Palmer still commands attention and respect as golf's unofficial ambassador of good will

Johnm Steadman

July 10, 1992|By John Steadman

BETHLEHEM, Pa. -- Obviously, Arnold Palmer never forgot where he came from since he still wears a Latrobe Country Club cap. More importantly, he has fulfilled, and even exceeded, the ponderous role imposed upon him as an emissary of what golf is supposed to be in the matter of both gentility and performance.

The applause builds to a crescendo as he is called to the first tee, and then the noise explodes with all the impact of thunder rolling down the mountainside.

Palmer, in acknowledgment, tentatively raises a muscular arm, burned to a walnut brown from a lifetime in the sun, and all seems right for those around him.

It's his way of responding to the clamor of the crowd. Either that or maybe a gentle nod, a tipping of his visor, which reads Latrobe C.C., where he learned the game as a child en route to manhood and master accreditation as one of the sport's most accomplished individuals.

The spectators absolutely, positively refuse to let go of their grip on Palmer. It's as if they are ready to concede that, yes, they've grown old in the span of three decades but he hasn't.

The calendar tells us Arnold Palmer is a senior citizen, age 62, playing the Senior Golf Tour and competing in the U.S. Senior Open Championship at Saucon Valley. It was only about a 3-wood shot away in Coopersburg, Pa., that he romanced and won the hand of Winnie Walzer, so this is a homecoming of sorts.

The popularity of Palmer is based on power and personality, a compelling combination that has endured on the American scene far longer than most public figures. It's difficult to find both characteristics embodied in a single person, be they athlete, actor or candlestick maker.

But his most important gift is being able to make people happy. And it seems as if he realizes he is a man of the public, a hero, and carries himself with the grace and charm that translates to a special distinction.

A former lawyer, turned caddy, Wayne Beck, with degrees from Alabama and Vanderbilt, came to the tour to try to forget the turmoil of a divorce. He is a perceptive observer and studies the passing parade of golfers and how they react in their daily pursuits.

Asked for an assessment of Palmer the man, he offered an extraordinary testimonial. "You could put all the nice guys of the world together and, collectively, they still couldn't match him. He doesn't know how to be unkind."

On the fourth hole of the opening round of the Senior Open, Palmer hit his shot and came over to talk to a little boy, whose head didn't even reach the gallery rope. It was almost a reunion since they have met before.

Patrick Fitzpatrick was here with his mother and father from Charlotte, N.C., and they will have seen Palmer play eight times this year. He recognizes the family and went out of his way to exchange pleasantries while waiting near the tee box for fellow players Miller Barber and Charles Coody to execute their shots.

"He's a genuine person," says Mrs. Debbie Fitzpatrick. "We all know what he represents to golf, but he realizes the fans have helped make the game, too." And Patrick Fitzpatrick Sr., who has a computer systems company, adds, "I tell the people working for me if they want to understand how to get along with their fellow man to study him."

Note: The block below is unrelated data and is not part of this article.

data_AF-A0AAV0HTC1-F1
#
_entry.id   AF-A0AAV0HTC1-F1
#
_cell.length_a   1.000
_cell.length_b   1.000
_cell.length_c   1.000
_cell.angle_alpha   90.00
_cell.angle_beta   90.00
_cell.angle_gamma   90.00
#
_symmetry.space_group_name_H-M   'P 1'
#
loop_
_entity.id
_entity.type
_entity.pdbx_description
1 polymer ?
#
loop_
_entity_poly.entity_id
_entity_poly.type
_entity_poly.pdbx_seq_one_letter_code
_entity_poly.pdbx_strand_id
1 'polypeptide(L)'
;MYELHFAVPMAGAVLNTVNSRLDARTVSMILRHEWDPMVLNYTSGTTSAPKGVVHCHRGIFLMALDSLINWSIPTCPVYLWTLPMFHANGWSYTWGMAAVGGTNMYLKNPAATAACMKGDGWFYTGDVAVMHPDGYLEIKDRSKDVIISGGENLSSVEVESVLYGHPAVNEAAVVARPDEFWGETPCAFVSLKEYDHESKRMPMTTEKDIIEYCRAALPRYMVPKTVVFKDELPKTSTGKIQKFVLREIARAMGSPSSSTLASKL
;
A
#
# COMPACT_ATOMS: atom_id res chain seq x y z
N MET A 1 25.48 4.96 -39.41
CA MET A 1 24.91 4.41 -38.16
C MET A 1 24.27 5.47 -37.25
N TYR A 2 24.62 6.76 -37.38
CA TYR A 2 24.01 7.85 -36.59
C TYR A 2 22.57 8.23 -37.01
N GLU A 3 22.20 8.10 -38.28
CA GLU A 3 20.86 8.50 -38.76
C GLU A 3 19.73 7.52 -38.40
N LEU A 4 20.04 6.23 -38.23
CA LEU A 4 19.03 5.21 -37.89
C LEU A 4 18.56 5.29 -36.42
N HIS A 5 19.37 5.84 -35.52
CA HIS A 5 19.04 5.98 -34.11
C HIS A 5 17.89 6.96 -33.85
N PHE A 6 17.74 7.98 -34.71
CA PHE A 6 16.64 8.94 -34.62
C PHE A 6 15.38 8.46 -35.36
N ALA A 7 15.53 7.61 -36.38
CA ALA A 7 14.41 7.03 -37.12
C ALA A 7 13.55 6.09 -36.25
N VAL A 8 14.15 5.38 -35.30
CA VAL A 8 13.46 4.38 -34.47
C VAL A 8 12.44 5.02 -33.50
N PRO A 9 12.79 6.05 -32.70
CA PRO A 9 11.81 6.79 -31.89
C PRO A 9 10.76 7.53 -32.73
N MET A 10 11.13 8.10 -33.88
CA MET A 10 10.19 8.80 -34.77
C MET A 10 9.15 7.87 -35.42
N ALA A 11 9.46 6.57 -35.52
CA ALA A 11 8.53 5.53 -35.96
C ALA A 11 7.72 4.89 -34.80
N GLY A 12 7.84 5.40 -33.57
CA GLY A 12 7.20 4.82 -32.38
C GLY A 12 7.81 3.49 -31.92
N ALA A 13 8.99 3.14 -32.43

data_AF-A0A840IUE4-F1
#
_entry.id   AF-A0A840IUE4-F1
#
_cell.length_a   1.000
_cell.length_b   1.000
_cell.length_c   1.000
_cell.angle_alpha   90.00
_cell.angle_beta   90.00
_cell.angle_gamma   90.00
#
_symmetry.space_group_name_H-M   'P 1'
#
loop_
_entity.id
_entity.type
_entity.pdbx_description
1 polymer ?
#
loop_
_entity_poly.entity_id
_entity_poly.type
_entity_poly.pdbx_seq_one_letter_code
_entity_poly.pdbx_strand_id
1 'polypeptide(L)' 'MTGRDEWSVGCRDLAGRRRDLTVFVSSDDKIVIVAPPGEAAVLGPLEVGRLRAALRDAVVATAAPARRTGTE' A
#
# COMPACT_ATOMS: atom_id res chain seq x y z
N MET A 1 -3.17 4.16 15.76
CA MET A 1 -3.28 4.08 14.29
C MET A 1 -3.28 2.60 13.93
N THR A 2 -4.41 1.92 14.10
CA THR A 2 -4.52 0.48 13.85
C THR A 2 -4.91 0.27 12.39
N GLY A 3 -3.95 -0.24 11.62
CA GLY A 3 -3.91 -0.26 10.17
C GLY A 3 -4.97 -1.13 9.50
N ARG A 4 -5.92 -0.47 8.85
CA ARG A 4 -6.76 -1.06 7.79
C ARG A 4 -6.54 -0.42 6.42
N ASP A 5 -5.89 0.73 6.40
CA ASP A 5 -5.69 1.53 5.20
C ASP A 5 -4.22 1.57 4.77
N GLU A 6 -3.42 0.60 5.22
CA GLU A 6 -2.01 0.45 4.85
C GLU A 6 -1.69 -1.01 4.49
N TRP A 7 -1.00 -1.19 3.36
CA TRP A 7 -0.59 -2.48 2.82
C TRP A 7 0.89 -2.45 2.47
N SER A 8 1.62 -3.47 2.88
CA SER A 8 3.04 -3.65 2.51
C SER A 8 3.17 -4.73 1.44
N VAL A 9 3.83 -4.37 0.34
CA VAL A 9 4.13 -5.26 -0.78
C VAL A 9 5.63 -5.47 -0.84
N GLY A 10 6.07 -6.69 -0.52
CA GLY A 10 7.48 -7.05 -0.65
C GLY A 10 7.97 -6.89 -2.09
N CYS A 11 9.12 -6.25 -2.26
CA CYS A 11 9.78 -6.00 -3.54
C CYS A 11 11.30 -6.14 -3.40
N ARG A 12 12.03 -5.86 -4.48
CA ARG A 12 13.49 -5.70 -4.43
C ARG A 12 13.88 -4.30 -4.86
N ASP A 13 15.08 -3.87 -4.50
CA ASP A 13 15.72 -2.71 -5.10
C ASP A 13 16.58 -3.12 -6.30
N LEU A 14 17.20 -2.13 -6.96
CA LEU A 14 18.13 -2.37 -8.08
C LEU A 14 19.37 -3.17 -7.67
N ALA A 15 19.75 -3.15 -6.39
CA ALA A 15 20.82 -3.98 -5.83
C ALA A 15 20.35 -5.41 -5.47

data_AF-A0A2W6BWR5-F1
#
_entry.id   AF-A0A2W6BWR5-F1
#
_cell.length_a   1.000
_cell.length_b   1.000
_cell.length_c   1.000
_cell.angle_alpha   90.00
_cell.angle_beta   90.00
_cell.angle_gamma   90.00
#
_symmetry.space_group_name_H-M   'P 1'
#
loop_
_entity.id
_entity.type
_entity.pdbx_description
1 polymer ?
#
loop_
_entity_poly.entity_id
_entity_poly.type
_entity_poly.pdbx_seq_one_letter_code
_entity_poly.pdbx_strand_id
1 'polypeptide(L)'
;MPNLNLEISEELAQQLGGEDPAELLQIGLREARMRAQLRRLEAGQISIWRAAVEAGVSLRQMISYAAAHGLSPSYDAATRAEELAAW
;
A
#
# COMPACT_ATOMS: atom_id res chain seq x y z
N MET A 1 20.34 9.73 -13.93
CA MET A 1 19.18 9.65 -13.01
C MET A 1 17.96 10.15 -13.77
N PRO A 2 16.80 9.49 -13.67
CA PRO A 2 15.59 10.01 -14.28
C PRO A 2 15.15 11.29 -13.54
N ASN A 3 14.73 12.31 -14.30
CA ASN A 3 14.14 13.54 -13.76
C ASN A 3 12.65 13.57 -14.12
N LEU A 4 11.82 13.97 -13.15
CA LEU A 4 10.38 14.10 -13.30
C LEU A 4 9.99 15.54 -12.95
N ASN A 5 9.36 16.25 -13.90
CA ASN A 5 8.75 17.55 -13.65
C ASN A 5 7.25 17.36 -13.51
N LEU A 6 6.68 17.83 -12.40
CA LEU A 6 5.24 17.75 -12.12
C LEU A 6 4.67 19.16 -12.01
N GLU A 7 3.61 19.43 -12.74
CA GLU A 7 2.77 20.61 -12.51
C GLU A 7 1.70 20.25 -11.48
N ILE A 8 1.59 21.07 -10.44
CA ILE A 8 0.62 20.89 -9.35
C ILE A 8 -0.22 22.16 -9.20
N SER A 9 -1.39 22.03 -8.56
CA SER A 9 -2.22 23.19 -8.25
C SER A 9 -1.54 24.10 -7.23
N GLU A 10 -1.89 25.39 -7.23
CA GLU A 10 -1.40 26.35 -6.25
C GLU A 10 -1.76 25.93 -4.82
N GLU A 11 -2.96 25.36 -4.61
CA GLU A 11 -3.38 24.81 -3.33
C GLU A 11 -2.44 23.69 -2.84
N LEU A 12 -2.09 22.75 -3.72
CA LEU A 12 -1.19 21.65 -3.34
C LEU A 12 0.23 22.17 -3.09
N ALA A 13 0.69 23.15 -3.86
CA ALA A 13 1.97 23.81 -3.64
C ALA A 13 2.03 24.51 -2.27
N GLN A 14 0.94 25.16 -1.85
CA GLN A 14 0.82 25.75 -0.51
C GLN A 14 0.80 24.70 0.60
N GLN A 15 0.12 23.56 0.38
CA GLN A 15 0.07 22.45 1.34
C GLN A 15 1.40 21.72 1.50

Women older than Arnold giggle as if they are teen-agers again and scream his name as he approaches. Men admire the masculinity and strong good looks. And there's the immaculate, well-groomed appearance and the fact he dresses in a conservative style -- usually white shirt, steel gray slacks -- that has become for him a golfing uniform.

Palmer moves from tee to green with a strong, forceful stride. His swing -- never a picture in symmetry -- looks the same. It's almost an act of aggression against the ball, rather than a touch of grace as he abbreviates the follow-through rather abruptly.

The Palmer appeal is such that a television interviewer asked him last week what he would do if Ross Perot called to invite him to run on his independent ticket for president? "I'd tell him I was voting for George Bush," Arnold replied in what has to be one of the most spontaneous sound bites of this or any other year.

What Palmer was able to do for golf in winning 60 events on the PGA Tour and now 10 on the Senior PGA Tour, along with the way he won friends and admirers, caused a fellow competitor, Lee Trevino to evaluate Arnold's importance in a commercial way.

"I'd like to see Arnie win," he commented. "That would be the greatest thing that could happen to us. It would take the Senior Tour up another 2 million dollars next year."

To the credit of the other professionals, they are aware of what Palmer has done for them in elevating the game. In something this competitive, petty jealousies have been known to raise their ugly heads, but Palmer has never been a target for the back-biting or cheap locker room criticism.

The demands on his time are unrelenting but he keeps giving, and the world, golf included, is a better place because of the decency and respect he demonstrates toward those he meets along the fairways and in the roughs of life.

Bottom line and the most pleasing quality of all: Arnold Palmer makes people happy.

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